Virtua Quest offers just a single mode of play, as is the standard for RPGs or adventure games. The first half hour or so of game-play is a tutorial that allows you to get acclimated to the various game mechanics: jumping, fighting, swinging, running on walls, and special attacks. Following this, the linear levels begin, each varying in cliché themes, like jungle, city streets, and construction zone. These levels branch out from the Hunter's "web-site," the main hub of the game where Sei will be able to speak with other hunters, practice his skills, and upgrade his equipment at the store. The level design is nothing special, and pretty much strictly adheres to the old trudge-through-the-level-and-then-face-a-boss-battle-at-the-end-model that every gamer knows so well. Although the design follows tried and true principles, it is tired and worn. This causes long stretches of boredom. Games can be saved either at the Hunter's "web-site" or periodically while exploring various levels at predetermined save points. There will be many stretches that you will wish these save points were closer together so that you can take a break from the monotony of this game.

Now for the tie-in. Sei must find all "Virtua Souls," the data taken from Virtua Fighters, to absorb their power and save the world. Virtua Souls are the real Virtua Fighter tie-in. When they are found, Sei does battle with one of the Virtua Fighters and is rewarded with a new special move if he wins. Special moves are the magic system of Virtua Quest. They cost SP to perform, and SP takes time to recharge. SP can also be used to perform a Bullet Time-style effect that allows Sei to get in extra hits on enemies. It is cool to see, but not anything new.

One of the real issues I have with Virtua Quest is the control. The controls are very loose. All the elements of great control are present and accounted for, but the implementation of the controls leaves much to be desired. It is possible for Sei to run along walls, but it can be difficult to get him to run along the wall as opposed to jumping off of it or falling down it. The controls are just too imprecise to deal effectively with the great amount of platform style action presented in the levels. This can be overcome and the game can be played, it just makes completing many of the levels more of a chore than something that could be considered fun.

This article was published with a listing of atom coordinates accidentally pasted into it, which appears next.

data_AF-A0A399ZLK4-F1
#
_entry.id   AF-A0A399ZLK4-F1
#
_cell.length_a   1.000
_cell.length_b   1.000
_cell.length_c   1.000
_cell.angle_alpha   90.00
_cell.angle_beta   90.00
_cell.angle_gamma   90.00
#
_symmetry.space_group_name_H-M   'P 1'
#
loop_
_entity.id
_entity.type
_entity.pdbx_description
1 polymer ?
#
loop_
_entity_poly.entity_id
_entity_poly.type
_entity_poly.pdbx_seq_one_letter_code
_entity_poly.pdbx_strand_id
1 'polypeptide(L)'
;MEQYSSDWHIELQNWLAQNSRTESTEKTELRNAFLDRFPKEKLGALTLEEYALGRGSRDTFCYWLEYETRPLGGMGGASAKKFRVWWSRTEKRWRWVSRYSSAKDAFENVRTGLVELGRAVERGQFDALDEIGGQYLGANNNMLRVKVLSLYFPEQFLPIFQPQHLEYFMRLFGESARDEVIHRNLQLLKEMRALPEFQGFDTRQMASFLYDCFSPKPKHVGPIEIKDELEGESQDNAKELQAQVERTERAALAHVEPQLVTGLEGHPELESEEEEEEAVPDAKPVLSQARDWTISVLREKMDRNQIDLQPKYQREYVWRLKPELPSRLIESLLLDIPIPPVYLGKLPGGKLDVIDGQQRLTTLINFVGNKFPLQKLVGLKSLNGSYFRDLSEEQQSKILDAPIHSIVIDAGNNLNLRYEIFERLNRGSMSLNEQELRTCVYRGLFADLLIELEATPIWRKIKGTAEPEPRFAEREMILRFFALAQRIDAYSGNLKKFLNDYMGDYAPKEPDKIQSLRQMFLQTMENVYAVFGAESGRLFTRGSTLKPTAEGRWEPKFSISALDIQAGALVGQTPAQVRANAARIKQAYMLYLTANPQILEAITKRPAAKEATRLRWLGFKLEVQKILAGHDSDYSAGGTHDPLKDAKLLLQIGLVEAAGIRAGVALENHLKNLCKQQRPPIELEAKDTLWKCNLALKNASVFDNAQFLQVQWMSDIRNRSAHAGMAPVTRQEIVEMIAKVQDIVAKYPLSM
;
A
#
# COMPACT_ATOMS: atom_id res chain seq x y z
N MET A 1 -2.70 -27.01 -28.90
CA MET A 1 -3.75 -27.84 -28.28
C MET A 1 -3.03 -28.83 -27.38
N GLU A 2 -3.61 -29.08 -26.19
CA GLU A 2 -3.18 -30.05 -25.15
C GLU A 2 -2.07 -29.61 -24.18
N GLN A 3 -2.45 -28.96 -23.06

On the other hand, the fighting controls are one of the bright points of the game. Fighting in Virtua Quest is a third person action-RPG style affair that has little in common with the Virtua Fighter series style of one on one combat. It actually has a lot in common with brawlers like Dynamite Cop or Double Dragon. One-button attacks, one-button jumps, one-button blocks or dodges, and one-button performs special moves--that's really about it. Used in combination, it makes for a fair variety of ways to dispatch the enemies that are met along the way. Although the regular battles can get a bit dull after a while, the boss battles are always entertaining and require a bit more thought.

In the final accounting, Sega's Virtua Quest isn't everything I'd hoped it would be. It lacks the depth of story that sets apart the best RPGs, the tight control that characterizes the best action/adventure style games, and the complex fighting system that is integral to its source material, Virtua Fighter. At times, it seems to have more in common with Quest 64 than the Virtual Fighter series. Despite these shortcomings, it isn't a bad game; it's just not a very entertaining one.

3 out of 5

Posted on April 26, 2005.

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Copyright © 2004-2005 Ronnie Richardson. All rights reserved.